This article originally appeared on the Teamsters blog.
California Teamsters are joining with elected officials to lead a crackdown on Amazon’s disreputable practices, halting the global behemoth in its efforts to exploit workers and communities all in the name of even higher corporate profits for itself.
In the latest action this week, a California Assembly committee approved legislation that would protect workers from the growing use of data-driven technologies monitoring their every move behind the wheel or in the workplace.
AB 1651, passed by the Assembly’s Committee on Labor and Employment on Wednesday, would require transparency and disclosure in employers’ use of data collection, electronic monitoring and algorithmic management. Additionally, it mandates responsible use of digital systems by employers and accountability for impacts of these systems on workers.
Doug Bloch, Political Director for Teamsters Joint Council 7, testified in favor the legislation during the panel hearing. He said the bill will expand existing protections that UPS Teamsters and other members have against allowing such data to be used against them on the job to all state workers, and would serve as a model for similar legislation elsewhere.
Such a step is essential, he said.
“People who talk about a robot apocalypse have it wrong,” Bloch argued. “The robots aren’t coming to take our jobs; they are coming to supervise us.”
The legislation not surprisingly faced opposition from business interests. The California Chamber of Commerce, for instance, acknowledged during the hearing that some worker data collection practices needed to be fixed. But it didn’t stop the group from placing AB 1651 on its “job killer” bill list.
The measure next heads to the Assembly’s Committee on Privacy and Consumer Protection on April 27, where it is expected to face a more contentious path forward.
Meanwhile, another bill that takes aim at Amazon and other companies for their workplace safety actions is also making progress in the California Legislature. SB 1044 would prevent an employer from restricting a worker’s ability to communicate with family or leave a dangerous worksite during an emergency.
The measure would enhance existing workers’ protections during natural disasters by providing clear requirements for employers during such emergencies. Specifically, SB 1044 would require employers to allow workers to have access to their phones and would allow workers to leave the premises if they must do so for their safety.
The legislation is meant to prevent incidents like what happened in Edwardsville, Illinois last December, when a tornado touched down and caused an Amazon warehouse there to collapse, killing six people. Workers at the facility were not allowed to have their phones with them while on the job and several said they were forced to keep working even after a tornado warning was issued.
Two state Senate committees – Labor, Public Employment and Retirement as well as Appropriations – have already approved the bill.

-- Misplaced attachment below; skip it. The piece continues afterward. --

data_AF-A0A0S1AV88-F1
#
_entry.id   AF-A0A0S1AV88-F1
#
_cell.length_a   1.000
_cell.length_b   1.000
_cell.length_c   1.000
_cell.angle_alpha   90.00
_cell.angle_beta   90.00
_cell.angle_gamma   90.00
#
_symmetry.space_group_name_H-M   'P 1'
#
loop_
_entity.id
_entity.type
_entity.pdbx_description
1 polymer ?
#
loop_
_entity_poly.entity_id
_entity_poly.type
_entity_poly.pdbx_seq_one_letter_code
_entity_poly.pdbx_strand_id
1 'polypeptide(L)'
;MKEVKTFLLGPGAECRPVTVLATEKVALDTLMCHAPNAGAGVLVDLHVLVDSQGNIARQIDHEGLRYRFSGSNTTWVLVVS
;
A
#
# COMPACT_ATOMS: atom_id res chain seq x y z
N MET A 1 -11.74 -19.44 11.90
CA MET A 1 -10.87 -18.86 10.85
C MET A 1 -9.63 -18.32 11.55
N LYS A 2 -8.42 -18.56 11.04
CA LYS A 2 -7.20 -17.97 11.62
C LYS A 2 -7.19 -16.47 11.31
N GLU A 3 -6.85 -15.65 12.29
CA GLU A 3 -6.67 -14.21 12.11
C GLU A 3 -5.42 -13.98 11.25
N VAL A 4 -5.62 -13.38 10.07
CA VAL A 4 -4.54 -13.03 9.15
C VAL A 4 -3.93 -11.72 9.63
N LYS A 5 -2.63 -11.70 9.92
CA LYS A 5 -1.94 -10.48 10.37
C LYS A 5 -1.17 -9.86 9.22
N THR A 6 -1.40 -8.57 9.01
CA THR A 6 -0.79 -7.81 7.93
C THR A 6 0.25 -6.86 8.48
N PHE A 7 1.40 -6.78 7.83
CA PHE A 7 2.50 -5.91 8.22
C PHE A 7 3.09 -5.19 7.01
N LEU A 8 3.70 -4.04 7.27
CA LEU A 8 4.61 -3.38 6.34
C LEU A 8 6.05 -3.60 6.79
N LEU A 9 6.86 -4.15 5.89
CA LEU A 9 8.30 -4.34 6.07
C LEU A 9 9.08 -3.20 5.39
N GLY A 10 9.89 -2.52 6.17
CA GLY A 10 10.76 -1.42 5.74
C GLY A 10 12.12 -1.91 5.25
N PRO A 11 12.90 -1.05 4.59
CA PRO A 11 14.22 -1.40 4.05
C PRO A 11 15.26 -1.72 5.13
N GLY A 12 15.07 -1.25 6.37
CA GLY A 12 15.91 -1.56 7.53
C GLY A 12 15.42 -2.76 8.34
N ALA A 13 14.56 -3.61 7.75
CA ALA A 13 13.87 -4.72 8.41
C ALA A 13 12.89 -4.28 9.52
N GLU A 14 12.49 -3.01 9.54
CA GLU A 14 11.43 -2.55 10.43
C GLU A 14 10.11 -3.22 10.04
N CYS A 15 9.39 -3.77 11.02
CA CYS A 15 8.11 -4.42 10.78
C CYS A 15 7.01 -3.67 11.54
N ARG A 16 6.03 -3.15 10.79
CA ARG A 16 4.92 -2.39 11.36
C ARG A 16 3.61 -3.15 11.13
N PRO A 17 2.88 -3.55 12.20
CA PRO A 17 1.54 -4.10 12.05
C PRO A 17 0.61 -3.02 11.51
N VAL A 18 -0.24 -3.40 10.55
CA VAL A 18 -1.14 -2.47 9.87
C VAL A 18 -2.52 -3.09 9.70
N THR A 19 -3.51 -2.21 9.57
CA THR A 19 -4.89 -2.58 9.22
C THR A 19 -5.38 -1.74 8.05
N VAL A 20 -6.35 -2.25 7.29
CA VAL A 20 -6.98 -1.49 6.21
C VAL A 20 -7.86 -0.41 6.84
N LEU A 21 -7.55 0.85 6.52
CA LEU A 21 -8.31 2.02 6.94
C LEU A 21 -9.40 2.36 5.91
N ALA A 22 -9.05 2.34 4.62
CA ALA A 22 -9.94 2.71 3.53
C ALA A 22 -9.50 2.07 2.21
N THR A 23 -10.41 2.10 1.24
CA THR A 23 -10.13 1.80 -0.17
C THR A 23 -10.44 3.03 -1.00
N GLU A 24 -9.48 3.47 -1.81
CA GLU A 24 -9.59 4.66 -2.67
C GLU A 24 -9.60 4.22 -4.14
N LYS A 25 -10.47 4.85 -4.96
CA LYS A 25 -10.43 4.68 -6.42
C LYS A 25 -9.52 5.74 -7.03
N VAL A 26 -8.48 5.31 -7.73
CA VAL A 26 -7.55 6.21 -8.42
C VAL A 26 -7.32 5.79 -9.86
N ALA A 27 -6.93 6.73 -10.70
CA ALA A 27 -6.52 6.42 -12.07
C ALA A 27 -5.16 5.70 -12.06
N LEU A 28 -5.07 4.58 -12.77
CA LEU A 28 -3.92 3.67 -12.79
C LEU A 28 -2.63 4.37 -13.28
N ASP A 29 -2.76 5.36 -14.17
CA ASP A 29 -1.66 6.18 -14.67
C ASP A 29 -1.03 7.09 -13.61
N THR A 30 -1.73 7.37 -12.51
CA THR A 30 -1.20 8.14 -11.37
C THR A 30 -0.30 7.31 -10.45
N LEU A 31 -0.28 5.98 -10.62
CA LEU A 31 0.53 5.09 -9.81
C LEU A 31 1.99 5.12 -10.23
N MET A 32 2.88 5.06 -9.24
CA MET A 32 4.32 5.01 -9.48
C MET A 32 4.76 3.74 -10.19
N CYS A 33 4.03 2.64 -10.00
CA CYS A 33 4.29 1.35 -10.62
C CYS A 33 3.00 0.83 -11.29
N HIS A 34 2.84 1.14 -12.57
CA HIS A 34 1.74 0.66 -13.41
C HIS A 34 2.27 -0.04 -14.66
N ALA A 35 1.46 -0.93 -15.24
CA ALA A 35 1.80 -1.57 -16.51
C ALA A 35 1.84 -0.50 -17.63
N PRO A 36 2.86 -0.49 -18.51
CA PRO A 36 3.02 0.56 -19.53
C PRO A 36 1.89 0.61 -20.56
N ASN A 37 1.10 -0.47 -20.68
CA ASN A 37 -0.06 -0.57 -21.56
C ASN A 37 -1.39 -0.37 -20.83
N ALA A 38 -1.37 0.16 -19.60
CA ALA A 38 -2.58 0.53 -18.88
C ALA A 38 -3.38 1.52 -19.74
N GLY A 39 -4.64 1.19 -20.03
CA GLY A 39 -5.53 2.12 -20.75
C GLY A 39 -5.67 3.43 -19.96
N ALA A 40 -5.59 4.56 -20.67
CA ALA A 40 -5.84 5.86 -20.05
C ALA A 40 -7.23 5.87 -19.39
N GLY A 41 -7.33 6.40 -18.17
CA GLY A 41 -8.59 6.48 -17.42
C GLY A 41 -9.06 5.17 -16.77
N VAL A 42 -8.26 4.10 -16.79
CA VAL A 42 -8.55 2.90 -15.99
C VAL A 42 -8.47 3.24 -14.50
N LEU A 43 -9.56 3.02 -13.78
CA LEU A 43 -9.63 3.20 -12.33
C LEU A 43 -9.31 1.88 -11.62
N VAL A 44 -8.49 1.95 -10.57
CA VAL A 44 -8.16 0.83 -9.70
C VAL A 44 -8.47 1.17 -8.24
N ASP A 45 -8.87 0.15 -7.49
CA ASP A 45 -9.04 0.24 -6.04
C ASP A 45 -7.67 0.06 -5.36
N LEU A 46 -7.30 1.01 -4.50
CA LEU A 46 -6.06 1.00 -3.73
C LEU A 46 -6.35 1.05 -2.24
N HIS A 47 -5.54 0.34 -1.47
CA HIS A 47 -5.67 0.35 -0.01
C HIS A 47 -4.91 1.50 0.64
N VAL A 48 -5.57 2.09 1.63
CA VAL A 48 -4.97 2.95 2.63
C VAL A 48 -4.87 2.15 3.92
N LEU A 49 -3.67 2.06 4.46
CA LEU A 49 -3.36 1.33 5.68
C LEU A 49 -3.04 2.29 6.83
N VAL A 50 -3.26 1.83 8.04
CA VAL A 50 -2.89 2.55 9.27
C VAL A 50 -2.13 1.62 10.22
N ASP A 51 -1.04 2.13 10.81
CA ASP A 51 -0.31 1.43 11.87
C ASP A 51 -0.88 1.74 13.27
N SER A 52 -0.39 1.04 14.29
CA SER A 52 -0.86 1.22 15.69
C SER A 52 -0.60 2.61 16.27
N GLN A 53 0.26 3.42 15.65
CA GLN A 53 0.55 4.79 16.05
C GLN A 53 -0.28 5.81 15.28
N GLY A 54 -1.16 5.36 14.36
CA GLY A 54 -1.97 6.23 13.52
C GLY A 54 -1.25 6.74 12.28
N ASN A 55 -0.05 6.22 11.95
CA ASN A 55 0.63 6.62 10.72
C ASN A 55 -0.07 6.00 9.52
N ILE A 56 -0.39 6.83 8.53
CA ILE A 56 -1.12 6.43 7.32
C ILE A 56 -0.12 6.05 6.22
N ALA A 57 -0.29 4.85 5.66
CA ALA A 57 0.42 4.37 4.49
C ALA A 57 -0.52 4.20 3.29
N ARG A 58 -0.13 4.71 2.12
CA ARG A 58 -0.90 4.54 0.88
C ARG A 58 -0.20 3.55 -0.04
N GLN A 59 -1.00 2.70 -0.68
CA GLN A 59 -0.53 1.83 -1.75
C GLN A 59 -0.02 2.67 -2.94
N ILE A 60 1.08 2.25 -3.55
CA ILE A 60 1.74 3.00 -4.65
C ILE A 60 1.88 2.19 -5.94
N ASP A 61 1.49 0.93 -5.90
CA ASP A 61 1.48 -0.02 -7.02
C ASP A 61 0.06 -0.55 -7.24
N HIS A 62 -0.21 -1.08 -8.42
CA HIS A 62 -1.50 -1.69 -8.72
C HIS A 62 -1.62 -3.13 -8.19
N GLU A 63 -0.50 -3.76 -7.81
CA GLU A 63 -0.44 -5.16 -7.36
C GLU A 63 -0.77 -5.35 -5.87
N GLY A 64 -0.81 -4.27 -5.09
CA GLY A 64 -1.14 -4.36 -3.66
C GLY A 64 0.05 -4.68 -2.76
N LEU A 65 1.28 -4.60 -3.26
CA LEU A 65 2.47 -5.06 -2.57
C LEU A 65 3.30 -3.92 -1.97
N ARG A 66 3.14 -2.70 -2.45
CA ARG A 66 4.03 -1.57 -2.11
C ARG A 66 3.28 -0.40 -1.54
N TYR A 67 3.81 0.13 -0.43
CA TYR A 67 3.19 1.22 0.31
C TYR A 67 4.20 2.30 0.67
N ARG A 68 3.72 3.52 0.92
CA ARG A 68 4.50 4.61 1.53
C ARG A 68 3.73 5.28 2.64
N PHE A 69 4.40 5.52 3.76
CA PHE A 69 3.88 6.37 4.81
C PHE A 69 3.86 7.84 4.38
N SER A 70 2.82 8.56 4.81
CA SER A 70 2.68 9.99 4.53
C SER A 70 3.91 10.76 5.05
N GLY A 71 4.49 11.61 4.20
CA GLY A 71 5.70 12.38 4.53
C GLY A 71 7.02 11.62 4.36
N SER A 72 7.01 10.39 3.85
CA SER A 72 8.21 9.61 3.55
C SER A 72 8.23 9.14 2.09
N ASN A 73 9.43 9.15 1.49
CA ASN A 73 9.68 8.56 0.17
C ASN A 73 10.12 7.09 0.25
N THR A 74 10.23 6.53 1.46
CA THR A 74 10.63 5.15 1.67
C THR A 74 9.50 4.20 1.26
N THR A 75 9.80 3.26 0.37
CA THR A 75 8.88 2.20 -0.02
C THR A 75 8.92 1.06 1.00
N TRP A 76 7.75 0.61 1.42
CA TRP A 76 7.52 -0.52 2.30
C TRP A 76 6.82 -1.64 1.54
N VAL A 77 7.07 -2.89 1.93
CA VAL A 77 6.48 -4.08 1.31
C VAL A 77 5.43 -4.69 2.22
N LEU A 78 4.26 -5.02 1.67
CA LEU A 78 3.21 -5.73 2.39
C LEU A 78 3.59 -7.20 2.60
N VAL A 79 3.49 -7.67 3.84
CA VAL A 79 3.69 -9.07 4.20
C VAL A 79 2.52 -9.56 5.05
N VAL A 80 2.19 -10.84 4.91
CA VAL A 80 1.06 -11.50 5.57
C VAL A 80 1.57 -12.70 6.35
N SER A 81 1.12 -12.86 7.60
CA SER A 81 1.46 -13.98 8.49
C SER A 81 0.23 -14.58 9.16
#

Doug Bloch, Teamsters Joint Council 7 Political Director, testifies on worker issues
Local Fights Lead to Big Wins
But successes haven’t just been focused in Sacramento. The Teamsters have repeatedly joined with local elected officials to shut down Amazon’s efforts to expand into neighborhoods, quality of life notwithstanding. Altogether, the union’s work in coalition with community partners has stopped irresponsible development of more than a dozen facilities across the Golden State.
“Teamster members in this industry have been represented for more than 100 years while living in these communities,” said Randy Korgan, Teamsters National Director for Amazon and Secretary-Treasurer of Local 1932. “While industry standards are being eroded by big corporations in the supply chain recently, it’s great to see residents taking action. Communities, elected officials and workers are coming together to demand more from their local government and we celebrate their success collectively. Their efforts will help all workers in this industry and address the negative impacts of the industry on workers’ communities when approached this way.”
Bloch said those efforts wouldn’t have succeeded without the Teamsters getting active in local political campaigns.
“The fact that we have invested so much time into local races has really paid off because those are the people we go to,” Bloch said. “Local unions getting involved in politics has made all the difference.”
The highest profile of those wins came March 22 when the San Francisco Board of Supervisors unanimously passed legislation imposing interim zoning controls on all parcel delivery stations in the city for the next 18 months. Amazon responded by pausing development on a giant distribution center in San Francisco that directly threatened 1,400 Local 2785 Teamsters employed at UPS.
“In short, we stopped them,” said Jason Rabinowitz, President of Joint Council 7. “As expected, the campaign won local and national press coverage and will surely influence the way other cities in California and the nation look at these projects.”
The bill sets a precedent for cities across the country to determine if and how parcel delivery service facilities should move forward, given their often direct and significant impact on job markets, air pollution, traffic and more.
The Teamsters fully support new jobs and industries that will keep our economy strong and our members working. But not all jobs are good jobs. The goal is to raise the bar for workers rather than lowering it. That means encouraging development that provides substantial benefits to communities where workers live and minimizing the harmful effects on jobs, traffic, air quality and our way of life.